NEWS 30 July 2021 |
Just before dinnertime on the last day of June, after sitting on changes for nearly two years, a proposal to weaken the rules that guide native forest logging in Victoria slid quietly out of the state government.
So we’ve spent July studying the 350 highly technical pages and 3,000 proposed structural changes – many requiring in-depth legal interpretation. It’s a task I wouldn’t wish on anyone! But it had to be done.
What did we discover? This attempt to game the “Code of Practice for Timber Production” is bad news for nature, and very bad news for communities who fight for nature protection.
We’ve sent our submission and have put together a quick and easy message for you to send to the Environment Minister, expressing disappointment in the changes and lack of transparancy and consultation.
The proposed changes will dilute the already weak rules we have for protecting forest wildlife and cultural heritage from logging.
If these plans go ahead, hundreds of dedicated zones designed to protect habitat of threatened plant and wildlife, landscapes and public recreation areas won’t be governed by rules, but wishful targets.
The timing of this opaque attempt to undermine The Code of Practice for Timber Production – what government uses to manage the impact of native logging on wildlife and nature – is illogical.
Instead of mapping out a clear transition for native forest logging by 2030, new changes will give loggers access to threatened wildlife habitat, and important cultural and recreational sites.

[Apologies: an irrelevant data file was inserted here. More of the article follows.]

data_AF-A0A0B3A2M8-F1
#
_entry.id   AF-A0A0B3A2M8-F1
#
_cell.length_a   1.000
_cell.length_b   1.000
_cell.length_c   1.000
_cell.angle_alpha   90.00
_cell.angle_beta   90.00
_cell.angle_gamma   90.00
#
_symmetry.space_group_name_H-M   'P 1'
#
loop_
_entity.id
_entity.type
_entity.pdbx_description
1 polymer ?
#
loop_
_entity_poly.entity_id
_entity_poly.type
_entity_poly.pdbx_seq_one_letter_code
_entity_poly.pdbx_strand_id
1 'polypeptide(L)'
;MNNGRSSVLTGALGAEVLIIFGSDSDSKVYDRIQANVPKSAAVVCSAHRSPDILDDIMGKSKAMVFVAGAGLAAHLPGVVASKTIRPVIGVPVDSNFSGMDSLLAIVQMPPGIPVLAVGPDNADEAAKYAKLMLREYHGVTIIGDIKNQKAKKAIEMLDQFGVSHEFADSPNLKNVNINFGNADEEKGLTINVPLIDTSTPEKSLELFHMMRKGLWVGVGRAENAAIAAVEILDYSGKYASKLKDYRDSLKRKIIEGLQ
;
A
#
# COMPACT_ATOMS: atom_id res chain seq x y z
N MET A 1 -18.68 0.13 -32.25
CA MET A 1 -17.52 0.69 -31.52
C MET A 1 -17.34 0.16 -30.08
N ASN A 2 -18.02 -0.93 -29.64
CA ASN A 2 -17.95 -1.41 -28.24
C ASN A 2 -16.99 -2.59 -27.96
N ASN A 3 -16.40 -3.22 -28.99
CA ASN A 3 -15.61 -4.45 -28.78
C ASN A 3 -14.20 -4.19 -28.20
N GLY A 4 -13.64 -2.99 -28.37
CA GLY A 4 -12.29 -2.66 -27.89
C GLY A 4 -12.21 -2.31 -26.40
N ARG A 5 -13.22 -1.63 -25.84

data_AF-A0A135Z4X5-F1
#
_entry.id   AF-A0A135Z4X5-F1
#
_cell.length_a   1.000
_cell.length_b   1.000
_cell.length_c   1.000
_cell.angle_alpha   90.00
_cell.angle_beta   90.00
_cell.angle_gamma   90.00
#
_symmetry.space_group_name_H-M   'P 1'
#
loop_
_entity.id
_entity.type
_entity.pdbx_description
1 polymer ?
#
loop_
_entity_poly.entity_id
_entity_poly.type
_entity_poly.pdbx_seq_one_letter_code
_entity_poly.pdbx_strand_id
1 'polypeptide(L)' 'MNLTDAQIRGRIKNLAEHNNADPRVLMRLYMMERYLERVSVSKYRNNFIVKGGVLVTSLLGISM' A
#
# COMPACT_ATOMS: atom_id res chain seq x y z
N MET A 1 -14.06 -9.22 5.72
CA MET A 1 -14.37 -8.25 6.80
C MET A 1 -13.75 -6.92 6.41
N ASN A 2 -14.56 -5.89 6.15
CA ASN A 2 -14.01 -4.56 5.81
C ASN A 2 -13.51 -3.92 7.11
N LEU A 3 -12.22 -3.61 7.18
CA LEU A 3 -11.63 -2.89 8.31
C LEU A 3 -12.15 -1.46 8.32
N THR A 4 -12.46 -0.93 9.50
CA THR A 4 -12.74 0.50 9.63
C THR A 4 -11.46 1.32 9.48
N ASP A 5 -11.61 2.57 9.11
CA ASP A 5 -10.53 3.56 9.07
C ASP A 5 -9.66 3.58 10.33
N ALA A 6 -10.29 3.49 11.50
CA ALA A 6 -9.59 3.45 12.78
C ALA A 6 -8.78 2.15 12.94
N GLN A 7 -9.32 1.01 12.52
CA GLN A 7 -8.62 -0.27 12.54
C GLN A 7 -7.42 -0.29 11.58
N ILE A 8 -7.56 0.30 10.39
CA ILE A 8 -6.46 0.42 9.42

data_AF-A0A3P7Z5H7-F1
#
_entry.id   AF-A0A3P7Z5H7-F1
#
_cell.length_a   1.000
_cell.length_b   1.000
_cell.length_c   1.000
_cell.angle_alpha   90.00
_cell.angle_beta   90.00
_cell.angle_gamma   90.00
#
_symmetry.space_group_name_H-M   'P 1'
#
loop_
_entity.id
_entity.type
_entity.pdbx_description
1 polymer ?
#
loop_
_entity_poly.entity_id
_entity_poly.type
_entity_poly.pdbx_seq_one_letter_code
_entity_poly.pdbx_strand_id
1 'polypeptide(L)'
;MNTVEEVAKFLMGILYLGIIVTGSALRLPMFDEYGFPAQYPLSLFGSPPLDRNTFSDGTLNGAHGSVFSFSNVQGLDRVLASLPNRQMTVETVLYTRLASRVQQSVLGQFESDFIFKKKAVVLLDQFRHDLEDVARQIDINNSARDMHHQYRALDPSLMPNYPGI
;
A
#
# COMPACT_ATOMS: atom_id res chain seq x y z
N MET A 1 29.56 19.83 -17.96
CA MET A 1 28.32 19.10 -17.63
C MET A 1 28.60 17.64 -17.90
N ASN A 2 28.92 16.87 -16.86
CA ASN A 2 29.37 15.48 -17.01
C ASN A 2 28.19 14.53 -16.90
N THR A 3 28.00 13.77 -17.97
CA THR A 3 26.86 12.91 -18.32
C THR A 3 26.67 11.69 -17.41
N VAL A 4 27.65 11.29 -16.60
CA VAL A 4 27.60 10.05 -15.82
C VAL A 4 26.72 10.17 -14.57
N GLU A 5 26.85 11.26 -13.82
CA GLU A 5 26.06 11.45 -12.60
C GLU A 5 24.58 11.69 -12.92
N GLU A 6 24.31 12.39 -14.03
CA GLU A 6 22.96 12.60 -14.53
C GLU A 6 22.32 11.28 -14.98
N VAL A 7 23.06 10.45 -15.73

Of serious concern are reforms aimed at silencing community rights to hold illegal logging to account.
Until now, when logging agencies acted broke rules and put nature at risk community groups could pursue justice through the law. If these amendments are passed, one of the most effective and democratic tools nature-lovers have will be taken from us.
Add your voice to many many others calling on the Victorian Government to abandon these changes and make the Code of Timber Production a genuine plan to transition out of native forest logging in Victoria.
If this email is ringing any bells, it’s because back in 2019 a similar proposal to water down “the Code” emerged. Because of concerns raised by the conservation community the Environment Minister quickly withdrew the flawed plan.
Despite this backlash, they’re giving it another crack.
In the wake of a global extinction crisis, climate disruption and the devastating bushfires, strengthening logging laws and transitioning out of native forest logging is the only responsible way forward.
The Environment Minister should strengthen the Code, not dilute it.
Wombat Forest © Sandy Scheltema